(CNN) -- The U.S. military in Iraq recently received the severed fingers of five men kidnapped in Iraq more than a year ago, a law enforcement source told CNN.
Chaldean Catholic Archbishop Paul Faraj Rahho poses near the Vatican in 2007.
The FBI would confirm only that it received "DNA evidence" in relation to its ongoing investigation into the kidnappings of five Americans and an Austrian co-worker seized in southern Iraq.
"We understand this is a very difficult time for the families and discussing this matter further in the media is not appropriate," an FBI statement said.
The U.S. military in Iraq received the fingers last month and immediately sent DNA material to the FBI's laboratory in Quantico, Virginia, the law enforcement source said.
FBI spokesman Debra Weierman said the bureau confirmed the DNA of Americans Jonathon Cote, 25; Paul Reuben, 41; Joshua Munns, 25; and Ronald Withrow, 40, as well as Austrian Bert Nussbaumer, 26.
Reuben's brother, Patrick, told The Associated Press that the FBI notified the family that "the fingers were confirmed to be those of the hostages."
Patrick Reuben told AP that while the news about the fingers was "shocking," the first reports the family got were "much more serious than that. Later on we found that it was fingers that were recovered and that the DNA confirmed it was the hostages."
Paul Reuben, Cote, Munns and Nussbaumer were kidnapped in November 2006 during an ambush in the southern Iraq town of Safwan, a Sunni Arab city in a predominantly Shiite area.
All four men work for the Kuwait-based Crescent Security Group, which handles convoy escort duties.
Withrow, 40, a computer specialist with JPI Worldwide, was seized in January 2007 near Basra.
A group calling itself the National Islamic Resistance in Iraq: The Farqan (Quran) Brigades released a video a month after the November 2006 kidnappings, claiming responsibility for their abduction and showing the four men in good condition.
Meanwhile, a Christian archbishop kidnapped in northern Iraq last month was found dead on Thursday, according to a Nineveh province official.
Chaldean Catholic Archbishop Paul Faraj Rahho's body was found near the town of Mosul, where he and three companions were ambushed by gunmen on February 29.
The archbishop's driver and two security guards were killed in the ambush. Investigators believe the archbishop may have been shot at that time, the Nineveh deputy governor said.
Nineveh Deputy Gov. Khasro Goran, in Mosul, told CNN that the kidnappers had been in touch with the church and the relatives and wanted to be paid a ransom for the archbishop's release. The contacts ended a few days ago. Watch site where archbishop was kidnapped »
He said the apparent kidnappers had contacted relatives on Thursday and told them the body was in the eastern part of town. Relatives and authorities went to the location and found the body, which had gunshot wounds.
However, the Catholic news agency in Italy, SIR, quoted Msgr. Shlemon Warduni in Baghdad as saying the abductors told church authorities that "Msgr. Rahho was very ill."
"We do not know yet whether he died because of his unstable health or if he has been killed. The abductors only told us he had died," Warduni said.
Christians are a tiny fraction of Iraq's population, but insurgents have targeted their religious sites and leaders in recent years.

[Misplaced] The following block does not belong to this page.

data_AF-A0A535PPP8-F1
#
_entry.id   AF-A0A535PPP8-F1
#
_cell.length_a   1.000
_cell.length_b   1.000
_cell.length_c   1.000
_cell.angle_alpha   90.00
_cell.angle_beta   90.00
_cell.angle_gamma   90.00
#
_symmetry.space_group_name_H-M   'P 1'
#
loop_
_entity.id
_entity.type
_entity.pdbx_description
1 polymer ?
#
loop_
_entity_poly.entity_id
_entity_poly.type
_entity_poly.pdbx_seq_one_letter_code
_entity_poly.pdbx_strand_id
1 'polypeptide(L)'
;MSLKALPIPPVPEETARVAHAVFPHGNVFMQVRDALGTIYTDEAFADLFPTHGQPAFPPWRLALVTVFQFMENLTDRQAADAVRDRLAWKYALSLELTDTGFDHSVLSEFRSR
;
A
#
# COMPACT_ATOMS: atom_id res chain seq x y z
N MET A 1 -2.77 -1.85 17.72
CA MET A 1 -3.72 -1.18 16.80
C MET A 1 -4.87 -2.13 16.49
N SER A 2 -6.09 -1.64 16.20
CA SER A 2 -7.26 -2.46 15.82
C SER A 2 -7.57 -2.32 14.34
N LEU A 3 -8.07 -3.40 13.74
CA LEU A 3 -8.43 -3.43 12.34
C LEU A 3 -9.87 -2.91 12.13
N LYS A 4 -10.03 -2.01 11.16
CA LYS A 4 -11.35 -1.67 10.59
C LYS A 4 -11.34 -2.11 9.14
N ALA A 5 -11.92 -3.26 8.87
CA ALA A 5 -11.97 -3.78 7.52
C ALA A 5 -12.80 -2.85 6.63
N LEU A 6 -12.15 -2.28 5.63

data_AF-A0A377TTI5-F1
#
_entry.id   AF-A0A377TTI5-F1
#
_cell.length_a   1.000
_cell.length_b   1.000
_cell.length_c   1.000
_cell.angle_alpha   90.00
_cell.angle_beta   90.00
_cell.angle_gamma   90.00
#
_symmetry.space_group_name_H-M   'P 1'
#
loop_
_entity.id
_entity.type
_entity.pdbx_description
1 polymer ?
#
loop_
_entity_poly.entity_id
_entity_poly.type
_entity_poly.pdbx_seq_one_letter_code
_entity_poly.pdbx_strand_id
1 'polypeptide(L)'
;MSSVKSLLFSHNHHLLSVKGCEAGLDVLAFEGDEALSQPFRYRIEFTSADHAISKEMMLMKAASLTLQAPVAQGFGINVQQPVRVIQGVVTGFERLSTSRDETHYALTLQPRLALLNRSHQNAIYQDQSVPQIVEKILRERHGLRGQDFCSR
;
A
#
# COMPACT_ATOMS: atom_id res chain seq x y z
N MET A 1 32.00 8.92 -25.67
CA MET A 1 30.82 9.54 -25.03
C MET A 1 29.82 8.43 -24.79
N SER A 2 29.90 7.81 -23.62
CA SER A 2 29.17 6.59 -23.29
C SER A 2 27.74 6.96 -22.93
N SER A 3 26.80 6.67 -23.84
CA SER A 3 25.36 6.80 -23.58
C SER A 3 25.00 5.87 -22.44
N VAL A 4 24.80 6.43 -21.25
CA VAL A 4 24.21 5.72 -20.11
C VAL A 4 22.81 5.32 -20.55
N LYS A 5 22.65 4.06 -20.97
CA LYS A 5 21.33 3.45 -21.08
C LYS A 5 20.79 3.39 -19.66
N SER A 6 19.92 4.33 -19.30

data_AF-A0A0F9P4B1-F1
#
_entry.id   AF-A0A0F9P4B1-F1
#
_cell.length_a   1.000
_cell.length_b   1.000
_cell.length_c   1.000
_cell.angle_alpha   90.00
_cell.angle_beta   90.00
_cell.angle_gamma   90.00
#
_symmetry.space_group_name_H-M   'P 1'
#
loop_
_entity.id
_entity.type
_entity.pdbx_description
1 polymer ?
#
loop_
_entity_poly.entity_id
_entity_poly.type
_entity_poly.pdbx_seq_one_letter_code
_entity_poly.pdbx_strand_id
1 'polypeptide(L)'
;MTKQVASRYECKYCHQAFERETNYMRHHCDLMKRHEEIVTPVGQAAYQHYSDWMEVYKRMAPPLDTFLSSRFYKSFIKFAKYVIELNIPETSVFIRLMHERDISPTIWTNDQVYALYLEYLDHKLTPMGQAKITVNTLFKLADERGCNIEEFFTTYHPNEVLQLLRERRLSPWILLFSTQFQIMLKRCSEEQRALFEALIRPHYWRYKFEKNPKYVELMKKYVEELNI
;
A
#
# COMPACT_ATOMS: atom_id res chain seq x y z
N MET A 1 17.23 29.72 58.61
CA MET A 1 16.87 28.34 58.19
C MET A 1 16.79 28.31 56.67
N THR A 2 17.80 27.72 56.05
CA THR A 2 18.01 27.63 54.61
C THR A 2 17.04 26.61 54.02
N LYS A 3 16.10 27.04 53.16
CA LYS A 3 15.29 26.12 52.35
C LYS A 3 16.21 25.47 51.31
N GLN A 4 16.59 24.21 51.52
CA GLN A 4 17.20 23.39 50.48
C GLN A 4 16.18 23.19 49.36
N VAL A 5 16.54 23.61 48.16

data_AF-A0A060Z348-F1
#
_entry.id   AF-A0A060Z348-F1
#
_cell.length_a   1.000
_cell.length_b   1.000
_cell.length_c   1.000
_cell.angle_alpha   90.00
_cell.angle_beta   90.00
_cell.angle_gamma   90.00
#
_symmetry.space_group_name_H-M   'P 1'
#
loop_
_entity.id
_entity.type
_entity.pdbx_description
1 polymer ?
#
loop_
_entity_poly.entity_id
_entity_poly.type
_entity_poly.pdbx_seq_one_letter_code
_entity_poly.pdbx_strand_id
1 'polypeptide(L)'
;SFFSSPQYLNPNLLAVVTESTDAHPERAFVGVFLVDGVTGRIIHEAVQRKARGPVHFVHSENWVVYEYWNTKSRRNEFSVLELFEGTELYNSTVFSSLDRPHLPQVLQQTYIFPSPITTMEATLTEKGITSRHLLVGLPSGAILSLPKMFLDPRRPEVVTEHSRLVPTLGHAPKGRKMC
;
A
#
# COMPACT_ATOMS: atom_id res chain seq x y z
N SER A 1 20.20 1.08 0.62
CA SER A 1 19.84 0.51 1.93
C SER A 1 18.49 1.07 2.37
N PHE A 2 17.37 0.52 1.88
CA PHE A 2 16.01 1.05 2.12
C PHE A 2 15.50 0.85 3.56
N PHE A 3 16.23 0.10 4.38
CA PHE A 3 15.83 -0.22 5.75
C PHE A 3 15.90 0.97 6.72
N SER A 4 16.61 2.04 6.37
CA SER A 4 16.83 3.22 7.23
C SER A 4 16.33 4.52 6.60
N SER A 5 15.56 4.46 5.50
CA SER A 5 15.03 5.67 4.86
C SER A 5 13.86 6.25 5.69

Chaldean is a form of Aramaic, spoken at the time of Jesus. The Chaldeans converted to Christianity in the first century A.D., and the Chaldean branch of Christianity has been in Iraq since then. It is part of the Roman Catholic Church.
In Baghdad on Thursday, at least 15 people died and 65 others were wounded when a parked car bomb detonated in a busy commercial area, the Interior Ministry said. Watch wreckage from Baghdad car bomb »
The bomb went off in a parking lot in the Bab al-Shurj commercial area, where many DVD and CD stores sell PC games and movies.
Also Thursday, a correspondent for al-Mowaten (The Citizen), a Baghdad newspaper, was killed in a drive-by shooting, an official with the Ministry of Interior told CNN.
The official said the correspondent, Qassim Abdul-Hussein al-Iqabi, was driving in the Karrada district in central Baghdad when he was killed.
A soldier was killed and 10 people were injured near Kirkuk when a suicide car bomb struck an Iraqi army checkpoint in the town of Rashad, a Kirkuk police official told CNN.
Another two people were killed and seven wounded when a bomb exploded at the office of a local anti-insurgent group in Zab, 60 kilometers (37 miles) southwest of Kirkuk.
Six of those wounded were members of the Awakening Council. Such groups are predominantly Sunni and oppose al Qaeda in Iraq. They are backed by the United States.
U.S. troops killed an Iraqi girl when they fired a warning shot near a woman who they thought was acting suspiciously along a dangerous stretch of road north of Baghdad, the military said Thursday.
The troops were clearing out roadside bombs in an area of Diyala province that has been the site of several attacks in the past, Maj. Brad Leighton told CNN.
They noticed a woman who appeared to be signaling to someone while the soldiers were in the area, the military said.
The soldiers fired a warning shot into a berm. Later, they found a young girl, about 10 years old, behind the berm with a bullet wound, Leighton said.
The girl died en route to a medical facility. E-mail to a friend
CNN's Carol Cratty, Mohammed Tawfeeq, Jennifer Deaton and Jonathan Wald contributed to this report.
Copyright 2008 CNN. All rights reserved.This material may not be published, broadcast, rewritten, or redistributed. Associated Press contributed to this report.
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